I think Australia is the most over the top macho culture on this planet (This is my opinion and I am sure this statement is open for discussion). Once I had a job as a jackaroo on a huge remote cattle station in central Australia. The workers there were as manly as you can find them on this planet, there is no doubt whatsoever. These guys were cowboys who make Clint Eastwood look like a little princess. Part of my job was riding a horse. So I had to learn it. It was so weird, as I child I was told this is too girly for me and now it was one of the manliest things I could do in this environment, this and using the f-work after every other regular word. As usual, life does not make any sense. No, that’s not right, life makes perfect sense, PEOPLE make no sense. Difference! On the other hand, my co-workers could not live with me being a non-smoker, a man has smokes in the outback or he is no man. Just has to! So I started smoking for the time I was working there. In my home country I am told smoking is not manly but stupid. I decided there and then that the whole man/woman identification signs/lists/habits are a load of bullcrap and only for people who are insecure in their gender and I now observe with amusement the differences in different cultures without taking part. Here the macho hold hands!

Out of curiosity I did some research on this topic and found two very interesting facts. The first covers two colors, pink and blue. Everybody knows pink is for girls and blue for boys. But why? It’s just two colors. It’s completely made up, it makes no sense whatsoever. It was simply decided for it to be so. Why not green for girls and red for boys? There is a myth floating around that it used to be the other way round in victorian times and pink was for originally for boys and blue for girls but according to an article from the BBC this is probably not true. Apparently they found four articles from that time which say pink was for boys and blue for girls but this could have been printing errors. However, the BBC also mentioned some research results which state that people tend to have a natural preference to primary colors, with blue being the most popular in both genders equally. So the reason girls seem to be attracted more to pink is probably due to the fact that they usually get surrounded by the color from a very early age and being told that pink is the color for girls, therefore being conditioned to like pink. As for me, I can’t stand pink and love blue, not baby blue but dark navy blue. Even so, do I really like the color or am I also just a well-trained monkey playing out the programming which was put in my head a long time ago? How do you know the difference?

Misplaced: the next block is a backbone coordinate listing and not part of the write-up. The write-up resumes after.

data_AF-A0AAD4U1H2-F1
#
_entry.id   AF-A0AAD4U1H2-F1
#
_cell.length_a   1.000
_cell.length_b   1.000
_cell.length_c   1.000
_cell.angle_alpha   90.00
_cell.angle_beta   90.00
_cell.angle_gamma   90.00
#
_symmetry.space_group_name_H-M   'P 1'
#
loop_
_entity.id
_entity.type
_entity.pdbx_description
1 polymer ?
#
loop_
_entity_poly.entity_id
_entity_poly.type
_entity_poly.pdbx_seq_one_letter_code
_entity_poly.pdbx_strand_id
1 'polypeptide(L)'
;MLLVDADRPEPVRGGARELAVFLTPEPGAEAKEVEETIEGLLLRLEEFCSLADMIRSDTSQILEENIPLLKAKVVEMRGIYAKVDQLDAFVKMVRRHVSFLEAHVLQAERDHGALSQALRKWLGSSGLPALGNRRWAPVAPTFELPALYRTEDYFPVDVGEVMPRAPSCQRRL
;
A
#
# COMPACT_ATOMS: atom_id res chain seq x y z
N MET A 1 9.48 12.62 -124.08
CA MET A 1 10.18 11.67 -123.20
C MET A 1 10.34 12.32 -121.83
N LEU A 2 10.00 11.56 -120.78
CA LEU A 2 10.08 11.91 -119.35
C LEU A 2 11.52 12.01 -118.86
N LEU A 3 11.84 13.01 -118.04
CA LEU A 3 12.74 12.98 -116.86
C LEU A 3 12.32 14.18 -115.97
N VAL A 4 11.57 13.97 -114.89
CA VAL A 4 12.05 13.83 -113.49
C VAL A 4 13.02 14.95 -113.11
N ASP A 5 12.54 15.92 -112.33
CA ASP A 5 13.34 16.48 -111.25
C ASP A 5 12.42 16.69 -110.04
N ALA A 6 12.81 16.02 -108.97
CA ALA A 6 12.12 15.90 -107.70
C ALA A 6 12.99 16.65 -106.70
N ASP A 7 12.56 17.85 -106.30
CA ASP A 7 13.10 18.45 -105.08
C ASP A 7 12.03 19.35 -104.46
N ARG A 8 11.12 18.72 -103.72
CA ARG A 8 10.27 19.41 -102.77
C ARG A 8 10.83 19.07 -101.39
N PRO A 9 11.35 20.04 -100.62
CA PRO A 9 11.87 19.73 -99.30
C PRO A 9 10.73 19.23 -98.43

The other interesting fact I found regards the french King Louis XIV. He had the problem that he was short. To make up for it and not be overshadowed by everybody else he had high-heeled shoes designed for him to compensate for his lack in height. According to the book “Stupid History – Tales of stupidity, Strangeness and Misconceptions throughout the Ages” by Leland Gregory his Royal Court caught up with the fashion and soon everybody was “tottering around in footwear resembling the Frankenstein monster at a disco” as Mr. Gregory puts it. The fashion eventually died off for men but it stayed in fashion for women and the original “French Heel” became the “High Heel” of today, mostly worn by women as I tend to observe. But originally they were designed for a man!

I don’t want to venture more into the world of relative interesting but actually quite useless facts and I will stop here.

Christmas has arrived in Kavieng and I am being greeted by christmas songs every time I go to the supermarket. As a Bavarian I am always having difficulties getting into christmas mood in New Zealand but here it’s even harder, standing in the dark, gloomy supermarket, holding a pack of Haloumi cheese in my hand and being overly happy to find it. Then the feeling of bliss quickly being replaced by the deep disappointment after discovering it has expired more than three months ago but they still want 20 Kina for it. Being in shorts and t-shirt and having sweat dripping down my nose. The local pharmacy sells inflatable snowmen and “Sexy Santa” costumes. Everybody agrees they must have been delivered by accident and they just put them up for sale anyway. Here, women don’t even show their shoulders and wear skirts and shorts down to their knees as a minimum length. It’s not really the place one can expect to see “sexy santas” running up and down the street. But who knows what’s going on behind closed doors up here?

“Joe’s Food Town” has put up an amp system in front of their store, probably to announce christmas specials. The past few days it was in kind of test mode. Every time I went to town Kenny Rogers screamed through the dusty streets the story of the man who met a gambler who told him to always know when to hold back your cards and when to draw or something like that. It sounds terribly melancholic and deep and keeps me even more from developing christmas feelings.